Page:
Stroke Detection

Researchers lay groundwork for fast, accurate blood test

Graphic of a woman’s face and her brain activity measurementsIMAGE: Stuart Bradford c/o Theispot

An interdisciplinary research team has identified proteins in the blood that could someday lead to a simple blood test to help first responders or emergency-room clinicians quickly assess whether someone is experiencing a stroke.

While a viable test is probably years away, the researchers identified new biomarkers—or protein signatures—whose presence in the blood indicates damage to brain tissue, said Grant O’Connell, PhD, an assistant professor at Case Western Reserve’s Frances Payne Bolton School of Nursing and director of its Biomarker and Basic Sciences Laboratory.

“If we had a blood test to tell us right away if someone is having a stroke,” O’Connell said, “that could make a huge difference, allowing people to get proper treatment sooner—and that will save lives.”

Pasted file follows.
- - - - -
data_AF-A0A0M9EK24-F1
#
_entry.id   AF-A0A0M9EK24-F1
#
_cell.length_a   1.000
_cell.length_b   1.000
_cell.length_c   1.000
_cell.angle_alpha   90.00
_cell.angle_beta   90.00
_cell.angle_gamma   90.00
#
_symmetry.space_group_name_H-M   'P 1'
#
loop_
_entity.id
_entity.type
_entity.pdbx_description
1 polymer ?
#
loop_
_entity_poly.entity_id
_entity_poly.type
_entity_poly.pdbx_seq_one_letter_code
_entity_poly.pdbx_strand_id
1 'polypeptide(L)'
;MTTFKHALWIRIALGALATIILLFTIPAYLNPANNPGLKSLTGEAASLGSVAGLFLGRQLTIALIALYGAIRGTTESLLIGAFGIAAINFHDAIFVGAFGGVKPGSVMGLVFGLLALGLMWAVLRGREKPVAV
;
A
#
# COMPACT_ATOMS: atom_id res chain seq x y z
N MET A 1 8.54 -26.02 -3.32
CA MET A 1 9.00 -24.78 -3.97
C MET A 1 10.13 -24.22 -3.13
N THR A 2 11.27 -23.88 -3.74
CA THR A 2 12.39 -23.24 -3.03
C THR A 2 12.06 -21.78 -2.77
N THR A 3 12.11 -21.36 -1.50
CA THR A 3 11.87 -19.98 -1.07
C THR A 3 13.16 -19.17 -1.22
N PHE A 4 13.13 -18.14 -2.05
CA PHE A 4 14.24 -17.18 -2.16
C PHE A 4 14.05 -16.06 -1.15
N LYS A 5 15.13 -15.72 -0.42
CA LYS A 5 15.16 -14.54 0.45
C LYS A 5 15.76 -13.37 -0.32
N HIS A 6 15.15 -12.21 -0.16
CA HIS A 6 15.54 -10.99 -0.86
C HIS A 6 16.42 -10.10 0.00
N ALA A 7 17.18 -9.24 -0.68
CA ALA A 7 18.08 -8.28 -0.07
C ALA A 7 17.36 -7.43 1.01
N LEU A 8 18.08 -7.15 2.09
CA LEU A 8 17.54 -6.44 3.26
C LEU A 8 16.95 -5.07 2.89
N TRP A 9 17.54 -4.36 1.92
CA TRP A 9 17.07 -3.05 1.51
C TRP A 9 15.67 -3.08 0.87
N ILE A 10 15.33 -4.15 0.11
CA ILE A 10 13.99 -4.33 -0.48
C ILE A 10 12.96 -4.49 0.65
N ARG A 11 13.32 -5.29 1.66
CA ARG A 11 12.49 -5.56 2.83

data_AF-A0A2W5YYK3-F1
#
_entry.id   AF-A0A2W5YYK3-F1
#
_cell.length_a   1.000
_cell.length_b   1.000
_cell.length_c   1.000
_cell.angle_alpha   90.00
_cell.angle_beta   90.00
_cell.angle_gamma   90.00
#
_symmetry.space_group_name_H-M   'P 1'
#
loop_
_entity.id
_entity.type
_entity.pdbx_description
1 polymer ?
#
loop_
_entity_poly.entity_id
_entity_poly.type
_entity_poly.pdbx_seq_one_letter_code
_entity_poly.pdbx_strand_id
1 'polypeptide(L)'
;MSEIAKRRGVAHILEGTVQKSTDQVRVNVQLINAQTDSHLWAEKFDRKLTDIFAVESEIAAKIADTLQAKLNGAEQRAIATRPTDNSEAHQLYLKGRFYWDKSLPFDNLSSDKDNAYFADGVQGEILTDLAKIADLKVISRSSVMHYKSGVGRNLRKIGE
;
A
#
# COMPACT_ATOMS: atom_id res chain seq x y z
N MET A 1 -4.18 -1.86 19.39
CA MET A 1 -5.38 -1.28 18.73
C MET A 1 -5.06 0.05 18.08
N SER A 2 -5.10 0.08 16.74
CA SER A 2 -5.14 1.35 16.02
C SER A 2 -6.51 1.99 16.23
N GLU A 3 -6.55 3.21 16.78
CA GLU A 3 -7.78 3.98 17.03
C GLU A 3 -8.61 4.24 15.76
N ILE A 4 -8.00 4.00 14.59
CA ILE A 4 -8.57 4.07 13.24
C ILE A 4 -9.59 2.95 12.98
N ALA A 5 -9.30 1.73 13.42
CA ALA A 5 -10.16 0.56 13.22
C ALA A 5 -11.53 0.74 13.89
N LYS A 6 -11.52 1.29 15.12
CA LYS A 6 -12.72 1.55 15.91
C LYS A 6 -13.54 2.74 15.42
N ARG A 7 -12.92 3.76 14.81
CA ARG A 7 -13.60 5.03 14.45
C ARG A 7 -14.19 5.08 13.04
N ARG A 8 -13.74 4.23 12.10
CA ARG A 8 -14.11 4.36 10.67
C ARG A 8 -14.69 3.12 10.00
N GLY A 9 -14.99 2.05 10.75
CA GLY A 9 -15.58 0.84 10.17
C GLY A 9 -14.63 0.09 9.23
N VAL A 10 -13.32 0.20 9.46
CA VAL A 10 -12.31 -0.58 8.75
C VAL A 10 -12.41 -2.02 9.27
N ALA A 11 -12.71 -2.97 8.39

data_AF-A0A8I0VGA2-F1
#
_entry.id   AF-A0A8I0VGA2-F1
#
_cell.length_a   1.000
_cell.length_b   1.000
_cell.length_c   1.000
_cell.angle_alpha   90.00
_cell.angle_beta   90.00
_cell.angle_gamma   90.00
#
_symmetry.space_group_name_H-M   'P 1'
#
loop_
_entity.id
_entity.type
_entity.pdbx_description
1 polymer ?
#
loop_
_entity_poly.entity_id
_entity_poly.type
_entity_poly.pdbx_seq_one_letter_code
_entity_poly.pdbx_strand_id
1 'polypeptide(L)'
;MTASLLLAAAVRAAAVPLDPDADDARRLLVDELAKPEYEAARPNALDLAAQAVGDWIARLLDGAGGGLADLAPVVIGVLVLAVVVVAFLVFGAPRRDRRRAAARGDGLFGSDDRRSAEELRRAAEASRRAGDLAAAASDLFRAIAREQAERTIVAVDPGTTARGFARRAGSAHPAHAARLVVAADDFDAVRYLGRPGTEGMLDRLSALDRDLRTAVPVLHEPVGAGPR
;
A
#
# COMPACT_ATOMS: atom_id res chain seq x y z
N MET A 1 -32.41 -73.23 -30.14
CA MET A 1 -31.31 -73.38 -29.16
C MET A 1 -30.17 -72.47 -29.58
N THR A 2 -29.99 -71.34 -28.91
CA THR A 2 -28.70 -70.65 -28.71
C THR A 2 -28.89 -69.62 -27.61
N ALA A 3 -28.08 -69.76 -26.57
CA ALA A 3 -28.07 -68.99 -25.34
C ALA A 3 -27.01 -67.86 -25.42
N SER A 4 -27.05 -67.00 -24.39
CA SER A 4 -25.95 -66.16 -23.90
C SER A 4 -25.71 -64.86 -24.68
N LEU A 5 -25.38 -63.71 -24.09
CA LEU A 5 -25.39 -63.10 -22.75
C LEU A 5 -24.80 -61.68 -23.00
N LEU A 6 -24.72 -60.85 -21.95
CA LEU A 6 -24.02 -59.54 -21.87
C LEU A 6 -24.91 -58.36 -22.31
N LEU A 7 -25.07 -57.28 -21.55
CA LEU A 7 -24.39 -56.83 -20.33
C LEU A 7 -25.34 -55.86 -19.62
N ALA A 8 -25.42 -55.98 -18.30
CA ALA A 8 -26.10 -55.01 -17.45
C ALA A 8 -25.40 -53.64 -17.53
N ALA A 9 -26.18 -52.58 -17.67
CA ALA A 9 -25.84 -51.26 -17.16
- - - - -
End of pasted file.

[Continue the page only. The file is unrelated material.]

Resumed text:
The team’s findings were published in the Proceedings of the National Academy of Sciences.

O’Connell said as many as 30% of strokes are not initially recognized with an assessment of patient symptoms, delaying critical treatment.

“You would think that a stroke would be really obvious, and that’s true with severe strokes,” O’Connell said, “but most strokes are actually minor,” in terms of initial symptoms.

While biomarkers won’t replace imaging or other diagnostic tools, O’Connell added, “they could help us recognize strokes more quickly and confidently.” For example, emergency medical workers could immediately transport patients testing positive to hospitals certified as stroke centers.

O’Connell hopes the research will spur advances in a field that for decades has focused on a handful of biomarkers that he said haven’t been sufficiently accurate in signifying strokes to warrant creation of a diagnostic test based on them.

He also believes the biomarkers his team identified could be used to detect brain damage from other conditions, and that further investigation could lead to tools with the potential to “dramatically improve how we recognize and manage a wide variety of neurological conditions.”

— Mike Scott